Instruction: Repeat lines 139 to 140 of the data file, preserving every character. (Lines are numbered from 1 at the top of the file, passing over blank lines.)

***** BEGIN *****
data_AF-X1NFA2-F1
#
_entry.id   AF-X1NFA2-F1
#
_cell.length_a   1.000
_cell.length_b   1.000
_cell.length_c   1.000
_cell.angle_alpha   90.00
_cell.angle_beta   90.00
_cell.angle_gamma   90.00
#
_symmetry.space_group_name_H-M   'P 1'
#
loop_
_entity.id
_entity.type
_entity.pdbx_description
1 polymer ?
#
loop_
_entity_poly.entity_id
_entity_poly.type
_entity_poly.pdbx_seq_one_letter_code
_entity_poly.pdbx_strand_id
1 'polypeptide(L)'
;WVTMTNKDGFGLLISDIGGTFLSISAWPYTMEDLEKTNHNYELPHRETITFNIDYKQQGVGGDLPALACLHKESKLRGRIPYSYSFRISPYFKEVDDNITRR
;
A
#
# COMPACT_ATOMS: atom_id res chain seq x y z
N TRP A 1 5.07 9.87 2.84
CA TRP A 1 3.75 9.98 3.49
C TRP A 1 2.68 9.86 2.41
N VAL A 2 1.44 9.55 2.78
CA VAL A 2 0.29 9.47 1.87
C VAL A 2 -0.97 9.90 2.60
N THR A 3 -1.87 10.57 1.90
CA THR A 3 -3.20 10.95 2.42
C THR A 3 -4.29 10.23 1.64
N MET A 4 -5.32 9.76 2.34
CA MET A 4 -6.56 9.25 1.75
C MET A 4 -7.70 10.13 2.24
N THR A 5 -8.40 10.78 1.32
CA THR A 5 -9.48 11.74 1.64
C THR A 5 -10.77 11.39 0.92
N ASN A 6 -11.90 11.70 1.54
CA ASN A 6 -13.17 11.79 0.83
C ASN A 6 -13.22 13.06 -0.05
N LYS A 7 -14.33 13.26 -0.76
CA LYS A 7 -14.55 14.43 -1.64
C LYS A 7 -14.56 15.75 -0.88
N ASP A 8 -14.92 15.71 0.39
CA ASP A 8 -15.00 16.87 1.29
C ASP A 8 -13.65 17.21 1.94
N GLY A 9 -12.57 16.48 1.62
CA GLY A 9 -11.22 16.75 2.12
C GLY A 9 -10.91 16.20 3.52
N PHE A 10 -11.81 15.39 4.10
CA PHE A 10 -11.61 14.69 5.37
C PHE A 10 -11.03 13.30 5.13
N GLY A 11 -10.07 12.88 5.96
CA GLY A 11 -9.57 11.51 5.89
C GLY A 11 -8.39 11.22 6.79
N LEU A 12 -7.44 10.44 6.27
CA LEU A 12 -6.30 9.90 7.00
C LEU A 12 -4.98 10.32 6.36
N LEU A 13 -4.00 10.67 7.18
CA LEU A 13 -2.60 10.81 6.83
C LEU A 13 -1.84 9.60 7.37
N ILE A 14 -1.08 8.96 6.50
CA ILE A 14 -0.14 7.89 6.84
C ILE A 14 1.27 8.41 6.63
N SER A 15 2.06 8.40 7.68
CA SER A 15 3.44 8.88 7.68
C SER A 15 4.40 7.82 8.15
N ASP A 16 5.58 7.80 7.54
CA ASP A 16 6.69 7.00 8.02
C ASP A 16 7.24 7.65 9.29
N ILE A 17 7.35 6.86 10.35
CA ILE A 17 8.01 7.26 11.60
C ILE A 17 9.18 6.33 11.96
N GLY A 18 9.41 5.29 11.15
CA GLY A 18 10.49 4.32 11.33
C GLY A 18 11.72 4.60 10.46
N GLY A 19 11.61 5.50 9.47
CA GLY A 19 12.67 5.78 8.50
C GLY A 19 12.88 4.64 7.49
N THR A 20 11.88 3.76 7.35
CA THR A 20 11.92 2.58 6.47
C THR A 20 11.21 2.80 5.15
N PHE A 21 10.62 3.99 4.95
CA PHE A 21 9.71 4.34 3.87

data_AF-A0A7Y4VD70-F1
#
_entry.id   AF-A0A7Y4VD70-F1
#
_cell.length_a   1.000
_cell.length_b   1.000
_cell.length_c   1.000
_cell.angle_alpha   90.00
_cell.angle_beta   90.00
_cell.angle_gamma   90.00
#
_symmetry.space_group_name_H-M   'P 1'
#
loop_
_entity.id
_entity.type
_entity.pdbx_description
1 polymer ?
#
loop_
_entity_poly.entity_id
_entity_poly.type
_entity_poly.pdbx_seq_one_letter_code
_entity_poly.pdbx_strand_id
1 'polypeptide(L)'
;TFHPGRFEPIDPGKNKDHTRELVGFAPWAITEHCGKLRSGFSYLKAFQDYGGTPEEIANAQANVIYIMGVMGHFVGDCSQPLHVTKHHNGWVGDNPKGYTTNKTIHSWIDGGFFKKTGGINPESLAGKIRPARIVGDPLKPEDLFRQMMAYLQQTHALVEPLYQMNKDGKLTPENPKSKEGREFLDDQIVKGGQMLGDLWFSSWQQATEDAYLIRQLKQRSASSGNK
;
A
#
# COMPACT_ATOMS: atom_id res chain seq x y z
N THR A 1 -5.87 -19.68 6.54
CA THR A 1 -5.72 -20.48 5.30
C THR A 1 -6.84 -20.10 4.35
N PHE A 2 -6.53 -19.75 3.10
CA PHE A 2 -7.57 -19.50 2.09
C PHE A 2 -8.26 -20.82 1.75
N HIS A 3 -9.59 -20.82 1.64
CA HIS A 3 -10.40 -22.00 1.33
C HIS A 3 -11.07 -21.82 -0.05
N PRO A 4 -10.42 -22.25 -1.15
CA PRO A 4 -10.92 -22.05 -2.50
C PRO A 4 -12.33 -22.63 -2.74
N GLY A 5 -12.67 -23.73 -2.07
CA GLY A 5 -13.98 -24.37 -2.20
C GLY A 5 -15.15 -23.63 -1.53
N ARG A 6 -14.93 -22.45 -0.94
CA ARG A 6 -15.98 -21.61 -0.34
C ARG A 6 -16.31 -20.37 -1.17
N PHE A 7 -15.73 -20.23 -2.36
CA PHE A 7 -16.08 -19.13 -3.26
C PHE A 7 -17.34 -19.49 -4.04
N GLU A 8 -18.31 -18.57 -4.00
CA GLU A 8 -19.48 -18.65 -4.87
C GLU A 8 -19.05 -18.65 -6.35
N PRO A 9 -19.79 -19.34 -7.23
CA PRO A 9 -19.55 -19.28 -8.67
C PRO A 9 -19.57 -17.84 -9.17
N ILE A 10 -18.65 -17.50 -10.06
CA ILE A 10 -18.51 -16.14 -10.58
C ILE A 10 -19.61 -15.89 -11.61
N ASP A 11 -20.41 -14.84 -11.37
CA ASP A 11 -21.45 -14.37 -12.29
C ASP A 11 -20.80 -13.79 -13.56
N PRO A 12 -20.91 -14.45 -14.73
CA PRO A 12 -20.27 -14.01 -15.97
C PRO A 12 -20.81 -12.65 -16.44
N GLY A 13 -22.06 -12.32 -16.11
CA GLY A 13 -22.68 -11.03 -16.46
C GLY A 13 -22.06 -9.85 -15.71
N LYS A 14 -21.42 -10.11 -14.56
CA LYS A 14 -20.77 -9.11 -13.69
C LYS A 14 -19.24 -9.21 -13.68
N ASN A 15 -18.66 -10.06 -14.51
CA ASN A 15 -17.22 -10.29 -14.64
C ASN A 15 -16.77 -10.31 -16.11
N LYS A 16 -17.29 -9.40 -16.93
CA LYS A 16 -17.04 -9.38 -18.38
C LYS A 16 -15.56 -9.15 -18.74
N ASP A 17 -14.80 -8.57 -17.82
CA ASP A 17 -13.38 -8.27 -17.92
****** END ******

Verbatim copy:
CA ARG A 6 -15.98 -21.61 -0.34
C ARG A 6 -16.31 -20.37 -1.17